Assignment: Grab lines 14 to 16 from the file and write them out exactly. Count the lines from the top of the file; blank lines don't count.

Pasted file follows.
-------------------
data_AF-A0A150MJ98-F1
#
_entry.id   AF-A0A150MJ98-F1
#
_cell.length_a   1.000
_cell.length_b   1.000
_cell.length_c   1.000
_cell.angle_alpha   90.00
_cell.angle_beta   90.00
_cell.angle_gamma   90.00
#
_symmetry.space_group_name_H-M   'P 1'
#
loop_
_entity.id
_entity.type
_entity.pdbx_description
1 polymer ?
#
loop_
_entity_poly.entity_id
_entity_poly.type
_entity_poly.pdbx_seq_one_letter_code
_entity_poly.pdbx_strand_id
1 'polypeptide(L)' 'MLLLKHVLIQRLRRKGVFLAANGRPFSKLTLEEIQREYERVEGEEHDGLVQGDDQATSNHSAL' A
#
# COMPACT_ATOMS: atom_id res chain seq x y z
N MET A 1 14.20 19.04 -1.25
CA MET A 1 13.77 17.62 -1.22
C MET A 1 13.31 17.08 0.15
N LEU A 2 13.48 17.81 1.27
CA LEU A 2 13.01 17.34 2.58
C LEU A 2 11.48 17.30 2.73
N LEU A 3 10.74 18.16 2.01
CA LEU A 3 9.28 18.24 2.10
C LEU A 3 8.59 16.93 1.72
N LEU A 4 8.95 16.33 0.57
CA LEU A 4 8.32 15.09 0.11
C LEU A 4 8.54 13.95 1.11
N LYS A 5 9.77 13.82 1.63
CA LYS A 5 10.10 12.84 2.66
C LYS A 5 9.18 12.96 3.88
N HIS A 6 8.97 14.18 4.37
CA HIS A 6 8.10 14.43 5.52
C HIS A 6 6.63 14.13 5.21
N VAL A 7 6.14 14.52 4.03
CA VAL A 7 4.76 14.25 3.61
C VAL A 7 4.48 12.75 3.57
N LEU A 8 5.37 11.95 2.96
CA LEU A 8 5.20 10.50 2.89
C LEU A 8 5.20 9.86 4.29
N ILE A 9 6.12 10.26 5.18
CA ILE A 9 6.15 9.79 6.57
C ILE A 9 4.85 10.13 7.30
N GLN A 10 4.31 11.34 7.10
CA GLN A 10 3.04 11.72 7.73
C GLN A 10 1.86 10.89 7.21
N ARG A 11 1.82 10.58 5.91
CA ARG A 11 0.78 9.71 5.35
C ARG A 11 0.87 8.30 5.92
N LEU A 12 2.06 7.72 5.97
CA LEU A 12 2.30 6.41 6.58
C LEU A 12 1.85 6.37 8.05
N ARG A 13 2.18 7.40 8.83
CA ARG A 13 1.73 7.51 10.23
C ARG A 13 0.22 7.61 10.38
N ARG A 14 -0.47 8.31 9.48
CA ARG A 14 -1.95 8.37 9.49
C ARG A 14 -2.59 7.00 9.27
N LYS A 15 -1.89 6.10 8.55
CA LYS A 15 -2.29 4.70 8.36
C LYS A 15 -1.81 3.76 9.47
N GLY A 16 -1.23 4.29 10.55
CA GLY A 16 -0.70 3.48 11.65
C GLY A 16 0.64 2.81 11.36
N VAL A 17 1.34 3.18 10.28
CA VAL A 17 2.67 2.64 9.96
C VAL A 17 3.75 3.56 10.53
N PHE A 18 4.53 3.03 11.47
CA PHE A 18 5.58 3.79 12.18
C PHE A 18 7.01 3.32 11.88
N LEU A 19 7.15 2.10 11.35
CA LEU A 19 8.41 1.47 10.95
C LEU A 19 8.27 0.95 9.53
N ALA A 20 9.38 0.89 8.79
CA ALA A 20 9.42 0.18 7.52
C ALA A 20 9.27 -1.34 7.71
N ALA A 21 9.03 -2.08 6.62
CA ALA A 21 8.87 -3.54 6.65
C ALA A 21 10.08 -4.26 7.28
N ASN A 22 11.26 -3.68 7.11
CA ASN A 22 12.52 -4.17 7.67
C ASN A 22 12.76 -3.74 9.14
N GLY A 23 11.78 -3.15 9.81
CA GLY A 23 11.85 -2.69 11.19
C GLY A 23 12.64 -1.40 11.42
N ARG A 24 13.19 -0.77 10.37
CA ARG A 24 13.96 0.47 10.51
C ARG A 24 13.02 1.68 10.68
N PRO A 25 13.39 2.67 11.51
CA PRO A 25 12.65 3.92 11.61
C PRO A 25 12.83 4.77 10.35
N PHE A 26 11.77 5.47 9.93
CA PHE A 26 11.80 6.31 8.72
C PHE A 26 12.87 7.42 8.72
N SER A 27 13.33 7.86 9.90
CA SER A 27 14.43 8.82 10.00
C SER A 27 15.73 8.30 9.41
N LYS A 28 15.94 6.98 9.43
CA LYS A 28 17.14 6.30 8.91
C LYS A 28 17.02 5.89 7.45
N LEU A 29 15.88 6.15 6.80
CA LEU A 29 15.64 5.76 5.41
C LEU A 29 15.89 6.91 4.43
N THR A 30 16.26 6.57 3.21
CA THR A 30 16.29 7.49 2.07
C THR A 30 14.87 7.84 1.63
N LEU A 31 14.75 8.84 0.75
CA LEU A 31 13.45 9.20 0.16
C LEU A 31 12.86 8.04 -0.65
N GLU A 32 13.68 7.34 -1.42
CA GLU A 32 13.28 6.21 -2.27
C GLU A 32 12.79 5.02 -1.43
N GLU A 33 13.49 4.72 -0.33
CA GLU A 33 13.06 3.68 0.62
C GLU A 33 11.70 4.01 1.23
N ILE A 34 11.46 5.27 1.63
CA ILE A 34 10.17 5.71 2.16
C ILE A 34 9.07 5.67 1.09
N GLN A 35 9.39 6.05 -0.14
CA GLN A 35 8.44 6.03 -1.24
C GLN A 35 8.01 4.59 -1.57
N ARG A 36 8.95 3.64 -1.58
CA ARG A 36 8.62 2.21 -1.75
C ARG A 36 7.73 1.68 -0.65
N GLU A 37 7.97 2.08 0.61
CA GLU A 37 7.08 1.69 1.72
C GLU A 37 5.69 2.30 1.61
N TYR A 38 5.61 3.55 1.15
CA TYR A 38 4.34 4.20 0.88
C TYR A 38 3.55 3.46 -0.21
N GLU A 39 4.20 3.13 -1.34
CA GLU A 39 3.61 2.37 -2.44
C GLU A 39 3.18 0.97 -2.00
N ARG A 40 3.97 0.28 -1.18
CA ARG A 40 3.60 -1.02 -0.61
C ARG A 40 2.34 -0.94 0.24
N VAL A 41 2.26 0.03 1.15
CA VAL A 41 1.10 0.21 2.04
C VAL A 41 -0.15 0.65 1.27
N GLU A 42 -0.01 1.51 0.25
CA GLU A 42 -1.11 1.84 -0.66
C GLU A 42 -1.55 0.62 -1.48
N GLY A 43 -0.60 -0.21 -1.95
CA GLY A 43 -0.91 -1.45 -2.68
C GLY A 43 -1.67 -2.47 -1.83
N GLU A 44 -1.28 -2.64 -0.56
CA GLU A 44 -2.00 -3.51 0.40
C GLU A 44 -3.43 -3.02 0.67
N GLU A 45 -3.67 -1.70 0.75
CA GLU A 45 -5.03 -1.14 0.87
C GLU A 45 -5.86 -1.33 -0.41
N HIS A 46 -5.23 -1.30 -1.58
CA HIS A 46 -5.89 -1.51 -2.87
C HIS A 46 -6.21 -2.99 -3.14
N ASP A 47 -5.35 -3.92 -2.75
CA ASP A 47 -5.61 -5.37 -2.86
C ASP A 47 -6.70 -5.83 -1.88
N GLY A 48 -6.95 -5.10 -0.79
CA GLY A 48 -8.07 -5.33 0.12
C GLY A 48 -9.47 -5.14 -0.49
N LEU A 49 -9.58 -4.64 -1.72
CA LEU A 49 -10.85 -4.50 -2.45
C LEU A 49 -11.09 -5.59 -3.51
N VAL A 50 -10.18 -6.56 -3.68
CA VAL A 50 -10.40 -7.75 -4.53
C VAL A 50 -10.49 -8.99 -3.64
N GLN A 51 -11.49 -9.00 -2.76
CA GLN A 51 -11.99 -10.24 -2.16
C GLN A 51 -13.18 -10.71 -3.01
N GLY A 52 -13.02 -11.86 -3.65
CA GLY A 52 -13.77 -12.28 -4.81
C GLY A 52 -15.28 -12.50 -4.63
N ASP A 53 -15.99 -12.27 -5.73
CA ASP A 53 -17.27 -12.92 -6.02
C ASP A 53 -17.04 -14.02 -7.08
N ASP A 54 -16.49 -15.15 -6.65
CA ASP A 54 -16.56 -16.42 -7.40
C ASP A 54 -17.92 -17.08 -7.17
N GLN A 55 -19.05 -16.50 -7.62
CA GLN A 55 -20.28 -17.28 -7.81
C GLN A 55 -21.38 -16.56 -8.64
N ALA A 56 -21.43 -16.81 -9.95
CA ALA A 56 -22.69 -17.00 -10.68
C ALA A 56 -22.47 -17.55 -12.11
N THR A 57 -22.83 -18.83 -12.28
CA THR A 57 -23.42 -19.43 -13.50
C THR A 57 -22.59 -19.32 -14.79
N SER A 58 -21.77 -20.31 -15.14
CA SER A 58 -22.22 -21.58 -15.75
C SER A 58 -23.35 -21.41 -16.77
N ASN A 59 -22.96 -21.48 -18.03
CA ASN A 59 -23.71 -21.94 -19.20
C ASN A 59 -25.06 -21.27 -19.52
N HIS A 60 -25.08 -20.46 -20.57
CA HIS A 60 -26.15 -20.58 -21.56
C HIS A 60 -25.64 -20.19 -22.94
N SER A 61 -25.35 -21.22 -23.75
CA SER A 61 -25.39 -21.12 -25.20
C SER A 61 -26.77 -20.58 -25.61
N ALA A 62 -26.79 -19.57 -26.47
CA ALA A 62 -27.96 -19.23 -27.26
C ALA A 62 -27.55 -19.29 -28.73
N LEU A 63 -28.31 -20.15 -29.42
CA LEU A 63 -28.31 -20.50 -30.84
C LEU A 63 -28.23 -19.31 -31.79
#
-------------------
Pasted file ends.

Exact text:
loop_
_entity.id
_entity.type